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Letters to the Editor, ‘Abdu’l-Bahá

Letters to the Editor, Abdul Baha
New York Tribune
April 18, 1912
New York

To the Editor of The Tribune.

Sir: The papers at present have much in their columns about the Persian teacher, ‘Abdu’l-Bahá. He is here to sound the great note of peace based on human solidarity and human love. Those who have heard him speak, who have heard his earnest plea for perfect tolerance, perfect co-operation in religions and other affairs must carry away in their hearts a high resolve to break down all barriers such as those of creed, dogma, narrow patriotism, which keep out human brotherhood.

If, as Oliver Lodge believes, there are “powerful, but not almighty helpers to whom we owe guidance and management and reasonable control,” the next step they are planning for humanity spiritually should be apparent to the careful observer. It is this unification of the human race (which is a recognition of essential oneness, not a destroying of racial characteristics, this drawing together of the religions on the basis of the fundamental verities which they possess in common. This movement for unification is showing itself everywhere. It is being put forward by many organizations. Bahá’ísm stands for it pre-eminently; it is the very heart and soul of Theosophy, which has proclaimed it untiringly for the last thirty-five years. Outside of any society are millions of people whose hearts have been touched by this great message and who are spreading it silently but effectively. The steamship, the railroad train, the telegraph, all those modern innovations that serve to destroy distance between men physically are also destroying it between them mentally and spiritually.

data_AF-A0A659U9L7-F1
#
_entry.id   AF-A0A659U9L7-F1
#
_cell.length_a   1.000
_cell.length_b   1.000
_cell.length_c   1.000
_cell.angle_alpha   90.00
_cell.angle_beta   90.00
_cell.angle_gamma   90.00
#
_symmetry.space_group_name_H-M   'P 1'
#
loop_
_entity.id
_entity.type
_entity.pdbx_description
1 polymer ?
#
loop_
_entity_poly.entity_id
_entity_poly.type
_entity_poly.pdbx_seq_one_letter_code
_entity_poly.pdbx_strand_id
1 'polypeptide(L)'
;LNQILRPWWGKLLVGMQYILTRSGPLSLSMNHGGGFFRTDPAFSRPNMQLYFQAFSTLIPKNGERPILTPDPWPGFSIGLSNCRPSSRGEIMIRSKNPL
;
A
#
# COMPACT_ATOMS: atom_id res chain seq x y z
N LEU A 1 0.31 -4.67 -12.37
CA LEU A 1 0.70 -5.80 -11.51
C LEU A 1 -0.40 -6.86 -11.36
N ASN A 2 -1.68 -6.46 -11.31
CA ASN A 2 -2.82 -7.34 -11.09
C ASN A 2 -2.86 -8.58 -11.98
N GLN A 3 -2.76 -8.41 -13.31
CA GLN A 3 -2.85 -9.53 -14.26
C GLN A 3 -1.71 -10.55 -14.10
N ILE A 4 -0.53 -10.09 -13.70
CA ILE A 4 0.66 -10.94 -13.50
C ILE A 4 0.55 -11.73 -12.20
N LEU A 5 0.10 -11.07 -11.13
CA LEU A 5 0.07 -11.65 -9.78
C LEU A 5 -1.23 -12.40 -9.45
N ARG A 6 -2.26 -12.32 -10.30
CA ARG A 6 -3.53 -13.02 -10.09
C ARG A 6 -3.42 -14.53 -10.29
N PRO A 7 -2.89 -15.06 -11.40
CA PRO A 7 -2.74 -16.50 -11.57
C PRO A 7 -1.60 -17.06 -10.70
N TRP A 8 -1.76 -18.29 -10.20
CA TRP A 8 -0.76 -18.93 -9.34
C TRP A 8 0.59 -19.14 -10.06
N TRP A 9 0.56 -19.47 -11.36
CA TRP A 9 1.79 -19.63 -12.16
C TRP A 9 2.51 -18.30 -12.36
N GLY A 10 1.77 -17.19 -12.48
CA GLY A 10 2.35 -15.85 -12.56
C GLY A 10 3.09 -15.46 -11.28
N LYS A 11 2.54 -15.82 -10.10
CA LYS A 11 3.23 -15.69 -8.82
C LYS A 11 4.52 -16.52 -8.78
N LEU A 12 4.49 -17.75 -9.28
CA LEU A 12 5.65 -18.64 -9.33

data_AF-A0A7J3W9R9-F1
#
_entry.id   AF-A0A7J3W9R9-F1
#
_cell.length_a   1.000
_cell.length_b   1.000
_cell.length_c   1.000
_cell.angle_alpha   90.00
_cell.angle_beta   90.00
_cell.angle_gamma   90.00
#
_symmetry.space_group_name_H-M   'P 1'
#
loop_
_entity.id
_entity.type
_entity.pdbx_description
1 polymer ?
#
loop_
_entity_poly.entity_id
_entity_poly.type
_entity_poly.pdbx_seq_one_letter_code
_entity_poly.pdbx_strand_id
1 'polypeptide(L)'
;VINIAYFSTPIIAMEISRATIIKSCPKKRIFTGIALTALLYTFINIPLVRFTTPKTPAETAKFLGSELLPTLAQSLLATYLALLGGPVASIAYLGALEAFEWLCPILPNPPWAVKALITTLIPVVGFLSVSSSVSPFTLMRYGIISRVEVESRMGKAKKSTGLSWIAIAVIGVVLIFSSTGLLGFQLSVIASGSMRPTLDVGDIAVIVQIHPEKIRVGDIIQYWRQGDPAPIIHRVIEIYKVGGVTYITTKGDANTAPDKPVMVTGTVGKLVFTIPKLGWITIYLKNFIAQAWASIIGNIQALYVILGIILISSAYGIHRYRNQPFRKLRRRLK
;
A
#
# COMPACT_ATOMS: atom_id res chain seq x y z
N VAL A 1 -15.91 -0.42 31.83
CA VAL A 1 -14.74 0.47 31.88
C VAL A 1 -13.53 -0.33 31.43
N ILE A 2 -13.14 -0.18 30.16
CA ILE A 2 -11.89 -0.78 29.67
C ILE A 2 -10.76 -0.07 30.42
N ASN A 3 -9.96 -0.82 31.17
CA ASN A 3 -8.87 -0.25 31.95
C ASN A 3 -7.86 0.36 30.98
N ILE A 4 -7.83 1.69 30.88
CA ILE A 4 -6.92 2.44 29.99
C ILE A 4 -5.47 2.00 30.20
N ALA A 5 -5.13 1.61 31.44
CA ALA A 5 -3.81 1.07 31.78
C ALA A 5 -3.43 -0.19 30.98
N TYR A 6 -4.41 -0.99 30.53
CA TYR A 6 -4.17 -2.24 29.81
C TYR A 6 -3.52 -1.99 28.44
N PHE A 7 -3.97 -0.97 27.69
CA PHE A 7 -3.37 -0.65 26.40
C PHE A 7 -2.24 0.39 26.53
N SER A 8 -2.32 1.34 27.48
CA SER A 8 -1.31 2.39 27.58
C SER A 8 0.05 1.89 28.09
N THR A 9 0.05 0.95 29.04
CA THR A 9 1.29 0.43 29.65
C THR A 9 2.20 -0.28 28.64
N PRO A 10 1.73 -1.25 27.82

In a few years the world will awake to realize that the day of peace has dawned, a day when men will look into each other’s eyes and see shining there the light of the spirit, the same in all, no matter what the race, the creed, the sex, the caste or the color.

M. L.
New York, April 15, 1912